Exploring the Rugged West Coast
By Jen Gouthro
Published in the February, 2004 Issue of Canadian World Traveller
Photos: Jen Gouthro
We couldn’t have been more pleased. Our rental car turned out to be a cheerful kelly green Fiat, a fitting vehicle in which to explore the beautiful Dingle Peninsula on Ireland’s rugged west coast.
The Dingle Peninsula is the westernmost peninsula in Ireland, and the lesser-known cousin to the touristier Ring of Kerry. Its silver-sanded beaches and jagged cliffs have been backdrops for such movies as Ryan’s Daughter and Far and Away, and it’s easy to see why the Dingle Peninsula is growing increasingly popular as a tourist destination.
Town of Dingle
Our first stop on our Dingle tour was the charming town of Dingle, home to 1500 inhabitants and more than 50 pubs! Dingle also serves as the residence for Fungi, a friendly dolphin who has been charming locals and tourists alike since the mid-eighties.
Surprisingly, Dingle offers more than good traditional pub grub and a cold pint. You can pick from gourmet restaurants and trendy cafes if your cravings are more sophisticated.
We opted for some homegrown craic (Gaelic for lively conversation) coupled with fish and chips at Murphy’s Pub on Strand Street.
After debating which one of us was best equipped to drive the 30 plus miles of treacherously thin, winding roads of Slea Head Drive (on the other side of the road, no less!), we departed for magnificent Slea Head. Despite Dingle being a Gaeltacht (Gaelic-speaking) region, the locals are kind enough to have signs written in English and Irish.
On the way, we stopped to snap some photos of the awe-inspiring emerald green hills, dotted with clans of white sheep. Any plans to make good time around the peninsula were forgotten as we rested awhile amidst the breath-taking beauty. We quickly realized that renting a vehicle and taking our time to explore this region was a great idea.
Can you really call it a road-trip without getting lost at least once? A few wrong turns apparently made a right when we happened upon a rocky inlet protecting what we realized later was popular Ventry Beach. We trekked down the steep path and gasped at the tenacity of several swimmers braving the still chilly June waters. We couldn’t decide which had the deeper blue hue – the cloudless sky or the unrelenting waves, so we declared it a tie.
It was my turn to take the wheel. I was white-knuckled as impatient locals sped by me on the sharp turns. Undaunted, I took my time so I could enjoy the lovely drive.
Nonetheless I was relieved to spot the normally cloud-obscured Blasket Islands in the distance, confirming our arrival in breathtaking Slea Head. Sharp outcroppings of rock lined the base of the craggy cliffs and green waves exploded into soaring arcs of foam as they reached land.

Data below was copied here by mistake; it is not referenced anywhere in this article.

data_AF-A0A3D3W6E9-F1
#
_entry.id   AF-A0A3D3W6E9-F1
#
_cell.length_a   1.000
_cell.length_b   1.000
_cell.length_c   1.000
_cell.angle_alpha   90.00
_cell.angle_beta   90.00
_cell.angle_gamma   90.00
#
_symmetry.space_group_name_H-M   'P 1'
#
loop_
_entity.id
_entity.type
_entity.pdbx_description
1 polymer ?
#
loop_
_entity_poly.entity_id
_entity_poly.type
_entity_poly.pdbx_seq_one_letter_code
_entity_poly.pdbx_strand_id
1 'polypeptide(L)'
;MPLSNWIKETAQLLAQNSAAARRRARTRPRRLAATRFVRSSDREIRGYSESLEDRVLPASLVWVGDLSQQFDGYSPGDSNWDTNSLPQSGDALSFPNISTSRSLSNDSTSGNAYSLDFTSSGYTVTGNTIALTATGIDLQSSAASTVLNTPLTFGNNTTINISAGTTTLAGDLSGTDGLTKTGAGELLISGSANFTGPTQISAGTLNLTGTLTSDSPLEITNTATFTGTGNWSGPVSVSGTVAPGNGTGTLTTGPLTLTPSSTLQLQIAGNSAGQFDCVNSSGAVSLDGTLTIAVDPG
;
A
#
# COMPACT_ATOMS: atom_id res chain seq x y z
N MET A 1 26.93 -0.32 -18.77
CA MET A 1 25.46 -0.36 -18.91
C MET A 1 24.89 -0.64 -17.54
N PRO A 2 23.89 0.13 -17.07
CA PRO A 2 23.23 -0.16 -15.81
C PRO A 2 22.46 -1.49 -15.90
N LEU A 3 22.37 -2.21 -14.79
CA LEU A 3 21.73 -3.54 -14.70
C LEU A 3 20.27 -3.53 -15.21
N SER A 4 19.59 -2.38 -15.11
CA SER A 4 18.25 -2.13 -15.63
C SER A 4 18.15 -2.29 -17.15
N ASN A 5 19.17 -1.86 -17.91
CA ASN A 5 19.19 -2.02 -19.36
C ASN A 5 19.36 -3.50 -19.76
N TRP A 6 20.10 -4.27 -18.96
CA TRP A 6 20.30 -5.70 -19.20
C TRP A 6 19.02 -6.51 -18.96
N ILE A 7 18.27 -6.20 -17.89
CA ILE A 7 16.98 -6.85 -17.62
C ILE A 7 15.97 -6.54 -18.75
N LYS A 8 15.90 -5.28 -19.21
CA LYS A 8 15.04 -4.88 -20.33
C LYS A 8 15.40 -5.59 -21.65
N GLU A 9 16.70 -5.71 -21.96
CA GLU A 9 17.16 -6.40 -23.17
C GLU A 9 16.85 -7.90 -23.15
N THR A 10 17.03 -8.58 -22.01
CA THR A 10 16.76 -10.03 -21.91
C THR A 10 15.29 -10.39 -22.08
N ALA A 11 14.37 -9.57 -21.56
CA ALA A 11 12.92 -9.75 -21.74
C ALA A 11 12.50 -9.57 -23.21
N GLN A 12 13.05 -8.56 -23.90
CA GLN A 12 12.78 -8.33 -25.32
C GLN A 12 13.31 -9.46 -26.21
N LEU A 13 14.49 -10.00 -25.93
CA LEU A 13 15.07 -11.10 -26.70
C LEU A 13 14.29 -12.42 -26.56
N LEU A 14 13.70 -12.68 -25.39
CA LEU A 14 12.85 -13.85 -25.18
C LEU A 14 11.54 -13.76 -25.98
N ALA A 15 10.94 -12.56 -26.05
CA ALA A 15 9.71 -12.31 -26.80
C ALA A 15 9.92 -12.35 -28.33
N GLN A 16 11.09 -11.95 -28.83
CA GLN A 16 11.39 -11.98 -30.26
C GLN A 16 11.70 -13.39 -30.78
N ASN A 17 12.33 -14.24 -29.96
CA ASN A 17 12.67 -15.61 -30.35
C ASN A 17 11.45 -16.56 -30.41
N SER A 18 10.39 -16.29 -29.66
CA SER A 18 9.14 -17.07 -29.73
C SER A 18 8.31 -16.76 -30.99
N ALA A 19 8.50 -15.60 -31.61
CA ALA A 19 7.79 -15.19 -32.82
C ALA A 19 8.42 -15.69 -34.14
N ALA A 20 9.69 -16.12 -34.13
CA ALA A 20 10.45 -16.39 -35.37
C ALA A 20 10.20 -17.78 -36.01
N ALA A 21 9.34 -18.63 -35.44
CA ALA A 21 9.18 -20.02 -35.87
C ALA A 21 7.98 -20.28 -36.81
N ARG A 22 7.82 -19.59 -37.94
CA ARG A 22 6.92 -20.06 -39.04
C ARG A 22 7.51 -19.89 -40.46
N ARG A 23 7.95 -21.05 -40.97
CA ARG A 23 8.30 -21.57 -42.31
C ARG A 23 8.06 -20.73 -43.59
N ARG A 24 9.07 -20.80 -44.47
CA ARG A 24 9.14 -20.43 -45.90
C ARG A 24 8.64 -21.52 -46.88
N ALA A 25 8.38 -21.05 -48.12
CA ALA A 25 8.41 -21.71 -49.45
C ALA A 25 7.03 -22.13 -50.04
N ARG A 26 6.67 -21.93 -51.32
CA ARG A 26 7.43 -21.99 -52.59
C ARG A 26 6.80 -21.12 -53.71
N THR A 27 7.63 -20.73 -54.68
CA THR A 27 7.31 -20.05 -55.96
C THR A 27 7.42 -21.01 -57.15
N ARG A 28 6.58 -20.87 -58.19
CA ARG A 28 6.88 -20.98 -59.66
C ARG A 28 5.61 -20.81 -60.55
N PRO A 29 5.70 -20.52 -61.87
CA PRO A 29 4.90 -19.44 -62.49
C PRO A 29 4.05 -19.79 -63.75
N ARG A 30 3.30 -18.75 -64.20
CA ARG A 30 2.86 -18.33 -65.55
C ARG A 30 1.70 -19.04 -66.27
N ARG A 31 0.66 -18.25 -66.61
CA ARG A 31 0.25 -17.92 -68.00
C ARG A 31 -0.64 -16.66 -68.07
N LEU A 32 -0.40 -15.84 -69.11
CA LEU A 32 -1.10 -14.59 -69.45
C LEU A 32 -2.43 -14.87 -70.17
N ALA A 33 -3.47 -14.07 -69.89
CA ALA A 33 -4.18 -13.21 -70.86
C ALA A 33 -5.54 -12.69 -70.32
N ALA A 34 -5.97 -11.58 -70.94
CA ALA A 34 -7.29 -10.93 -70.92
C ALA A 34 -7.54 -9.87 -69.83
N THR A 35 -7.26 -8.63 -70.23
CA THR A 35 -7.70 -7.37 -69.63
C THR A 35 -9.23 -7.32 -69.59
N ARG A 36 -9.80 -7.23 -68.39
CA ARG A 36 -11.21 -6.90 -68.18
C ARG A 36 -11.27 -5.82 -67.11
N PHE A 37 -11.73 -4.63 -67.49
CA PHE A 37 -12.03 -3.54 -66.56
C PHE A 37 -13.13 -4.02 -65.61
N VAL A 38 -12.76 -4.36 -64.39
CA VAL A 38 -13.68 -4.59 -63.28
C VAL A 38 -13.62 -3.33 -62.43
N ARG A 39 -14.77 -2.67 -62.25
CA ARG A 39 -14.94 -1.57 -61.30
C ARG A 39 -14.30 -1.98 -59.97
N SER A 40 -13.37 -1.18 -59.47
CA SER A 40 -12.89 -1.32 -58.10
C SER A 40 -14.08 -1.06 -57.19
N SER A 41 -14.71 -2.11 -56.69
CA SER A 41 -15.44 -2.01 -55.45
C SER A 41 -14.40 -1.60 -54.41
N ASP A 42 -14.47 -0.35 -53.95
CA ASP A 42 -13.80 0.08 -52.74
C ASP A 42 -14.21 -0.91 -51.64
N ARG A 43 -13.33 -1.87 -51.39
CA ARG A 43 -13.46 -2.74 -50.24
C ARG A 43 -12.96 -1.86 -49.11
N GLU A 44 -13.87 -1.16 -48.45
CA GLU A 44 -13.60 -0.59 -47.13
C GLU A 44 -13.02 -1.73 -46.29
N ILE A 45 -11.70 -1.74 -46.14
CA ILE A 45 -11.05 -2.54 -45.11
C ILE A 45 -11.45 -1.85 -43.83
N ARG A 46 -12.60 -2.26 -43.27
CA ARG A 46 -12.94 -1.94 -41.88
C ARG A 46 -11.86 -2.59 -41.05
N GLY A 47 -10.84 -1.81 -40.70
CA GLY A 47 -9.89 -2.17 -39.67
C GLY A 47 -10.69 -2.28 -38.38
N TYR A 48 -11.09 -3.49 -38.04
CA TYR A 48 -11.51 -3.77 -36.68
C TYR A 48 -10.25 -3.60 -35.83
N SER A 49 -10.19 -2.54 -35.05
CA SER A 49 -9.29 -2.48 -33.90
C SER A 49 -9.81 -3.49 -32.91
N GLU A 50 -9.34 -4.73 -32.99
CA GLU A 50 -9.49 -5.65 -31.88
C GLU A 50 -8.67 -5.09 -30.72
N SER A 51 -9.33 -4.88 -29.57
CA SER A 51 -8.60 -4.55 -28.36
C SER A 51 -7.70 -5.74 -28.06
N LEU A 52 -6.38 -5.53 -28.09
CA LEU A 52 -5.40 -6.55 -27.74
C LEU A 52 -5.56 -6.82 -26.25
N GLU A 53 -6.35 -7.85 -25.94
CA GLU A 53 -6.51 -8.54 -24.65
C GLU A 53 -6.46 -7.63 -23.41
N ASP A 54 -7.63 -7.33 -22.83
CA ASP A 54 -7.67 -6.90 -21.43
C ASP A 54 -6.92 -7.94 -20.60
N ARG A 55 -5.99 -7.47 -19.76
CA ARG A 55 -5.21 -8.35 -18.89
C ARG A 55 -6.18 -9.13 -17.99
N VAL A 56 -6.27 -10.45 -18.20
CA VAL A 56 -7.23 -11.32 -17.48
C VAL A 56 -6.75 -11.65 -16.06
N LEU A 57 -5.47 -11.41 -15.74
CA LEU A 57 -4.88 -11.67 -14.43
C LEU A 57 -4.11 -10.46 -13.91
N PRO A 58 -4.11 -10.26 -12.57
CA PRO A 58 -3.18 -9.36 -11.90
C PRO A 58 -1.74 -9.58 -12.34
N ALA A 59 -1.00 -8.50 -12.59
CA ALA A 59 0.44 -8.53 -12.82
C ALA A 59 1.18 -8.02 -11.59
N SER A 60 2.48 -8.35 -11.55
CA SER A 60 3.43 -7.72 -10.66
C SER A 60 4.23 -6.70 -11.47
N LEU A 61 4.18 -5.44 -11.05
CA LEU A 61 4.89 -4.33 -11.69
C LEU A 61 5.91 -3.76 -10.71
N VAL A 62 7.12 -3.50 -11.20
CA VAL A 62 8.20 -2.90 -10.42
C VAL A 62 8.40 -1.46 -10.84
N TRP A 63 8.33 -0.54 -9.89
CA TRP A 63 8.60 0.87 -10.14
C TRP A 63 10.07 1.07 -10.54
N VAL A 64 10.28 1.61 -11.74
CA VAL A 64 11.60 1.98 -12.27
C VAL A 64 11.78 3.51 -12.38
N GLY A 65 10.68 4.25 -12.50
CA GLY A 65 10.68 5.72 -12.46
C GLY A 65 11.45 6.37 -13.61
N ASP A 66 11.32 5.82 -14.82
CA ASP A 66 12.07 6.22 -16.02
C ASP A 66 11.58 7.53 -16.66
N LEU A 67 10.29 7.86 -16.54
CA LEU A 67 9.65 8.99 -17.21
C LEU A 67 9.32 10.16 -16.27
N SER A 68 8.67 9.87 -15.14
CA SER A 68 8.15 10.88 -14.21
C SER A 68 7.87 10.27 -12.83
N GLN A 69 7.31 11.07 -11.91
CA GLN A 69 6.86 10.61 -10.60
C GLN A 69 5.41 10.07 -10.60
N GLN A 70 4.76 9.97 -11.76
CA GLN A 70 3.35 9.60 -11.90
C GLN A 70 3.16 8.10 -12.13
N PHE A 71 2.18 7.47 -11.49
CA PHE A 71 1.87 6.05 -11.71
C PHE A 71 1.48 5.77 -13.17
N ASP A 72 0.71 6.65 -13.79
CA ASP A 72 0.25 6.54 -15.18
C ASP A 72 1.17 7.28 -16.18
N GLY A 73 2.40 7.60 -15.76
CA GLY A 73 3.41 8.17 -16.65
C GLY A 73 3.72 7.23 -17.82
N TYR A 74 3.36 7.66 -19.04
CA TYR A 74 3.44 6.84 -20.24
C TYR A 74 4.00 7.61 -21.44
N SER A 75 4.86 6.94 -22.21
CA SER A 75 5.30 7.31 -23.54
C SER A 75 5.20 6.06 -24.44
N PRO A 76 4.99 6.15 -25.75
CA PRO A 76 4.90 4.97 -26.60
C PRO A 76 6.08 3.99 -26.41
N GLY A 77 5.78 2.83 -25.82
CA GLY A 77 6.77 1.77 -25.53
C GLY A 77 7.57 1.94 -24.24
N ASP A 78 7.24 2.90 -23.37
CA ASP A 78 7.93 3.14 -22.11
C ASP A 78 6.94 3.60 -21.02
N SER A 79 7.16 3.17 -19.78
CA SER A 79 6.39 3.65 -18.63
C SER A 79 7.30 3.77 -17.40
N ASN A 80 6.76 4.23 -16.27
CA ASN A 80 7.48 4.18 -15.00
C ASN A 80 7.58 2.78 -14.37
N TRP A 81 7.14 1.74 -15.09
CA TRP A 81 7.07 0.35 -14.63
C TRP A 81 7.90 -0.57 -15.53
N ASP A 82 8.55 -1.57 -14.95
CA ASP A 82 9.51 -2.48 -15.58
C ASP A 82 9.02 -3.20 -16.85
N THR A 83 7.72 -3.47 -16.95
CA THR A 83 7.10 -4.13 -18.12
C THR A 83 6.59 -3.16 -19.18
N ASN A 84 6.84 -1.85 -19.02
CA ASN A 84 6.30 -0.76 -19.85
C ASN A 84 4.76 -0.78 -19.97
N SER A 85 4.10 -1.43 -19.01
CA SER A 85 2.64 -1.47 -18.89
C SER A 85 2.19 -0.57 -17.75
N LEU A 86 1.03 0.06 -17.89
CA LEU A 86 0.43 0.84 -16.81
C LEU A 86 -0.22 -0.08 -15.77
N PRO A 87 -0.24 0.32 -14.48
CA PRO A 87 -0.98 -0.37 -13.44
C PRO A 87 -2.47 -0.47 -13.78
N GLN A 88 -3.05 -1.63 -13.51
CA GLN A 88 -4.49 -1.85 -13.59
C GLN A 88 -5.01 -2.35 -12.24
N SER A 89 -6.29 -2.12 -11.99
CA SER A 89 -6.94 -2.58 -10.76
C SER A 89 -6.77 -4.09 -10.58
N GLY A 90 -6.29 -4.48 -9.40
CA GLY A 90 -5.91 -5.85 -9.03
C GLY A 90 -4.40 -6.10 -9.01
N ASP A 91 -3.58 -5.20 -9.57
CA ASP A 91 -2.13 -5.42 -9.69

The spectacular shoreline was on one side of the road, and on the other side, magnificent stone fences interrupted steep, grassy hills. There were plenty of sheep to coo over as we explored Dunbeg Fort, a series of stone “beehive” huts reconstructed from Iron Age and Early Christian ruins. The Fort (or Cashel as it was also called) was occupied by five structures, one of which bore an inscribed cross. The huts were interesting, but the view from the hill was more than worth the price of admission.
My travelmate Lynne wanted to experience the hairpin turns of the Dingle Peninsula, so we changed drivers again.
As we traveled north past the village of Dunquin on the way to Ballyferriter, we noticed some cars parked alongside the road. We couldn’t resist stopping to investigate, lest we miss a fantastic sight. We weren’t disappointed.
As we walked up the hill, we were greeted not only by a majestic view of the Irish landscape, but we had musical accompaniment as well! A harpist played traditional tunes beside a box of quickly moving homemade CD’s. We sat and listened to the soothing music and meditated upon this movie-perfect moment. It was wonderful to relax and drink in the view. Several sheep roamed about, indifferent to our presence.
Green Valleys & Glacial Lakes
We were successful in tackling Slea Head Drive in half a day, but were determined to explore North Dingle before pushing on to the town of Tralee.
After a late lunch, we drove north from Dingle along a narrow cliffside road via majestic Connor Pass, the highest mountain pass in Ireland.
We were surprised to encounter our most challenging roads yet, with barely one small car being able to squeeze through in some places. I felt like a world-class driver after navigating this area! For me, Connor Pass was the most beautiful part of the trip.
The scenery was otherworldly: rocky, windswept hills emerged from fertile green valleys, with the basin floors punctuated by glassy glacial lakes. We felt fortunate we added this leg of the trip to our Dingle adventure. “Now, this is Ireland!” my friend Lynne announced. I agreed.
Cold Pints & Irish Smiles
We soon realized our weariness and decided it best to depart for Tralee. The town was a convenient stopping point after a day on the Dingle Peninsula and had an abundance of comfortable accommodations and quaint eateries.
We meandered through the surprisingly bustling streets until we happened upon the Abbey Inn, former stomping grounds for many Irish bands, including U2. We savored the atmosphere as well as our cold pints, and reflected upon a day jam-packed with sandy beaches, jagged cliffs and true Irish hospitality.
Sláinte! (Gaelic for Cheers!)
About the Writer
Jen Gouthro was born and raised in Cape Breton, Nova Scotia. She presently lives and works in Toronto. She writes a weekly newspaper column for the Cape Breton Post entitled “A View from Away” about her experiences as a “small-town girl living in the big city.” She’s dealing with a chronic case of the travel bug. She can be reached at firstname.lastname@example.org.
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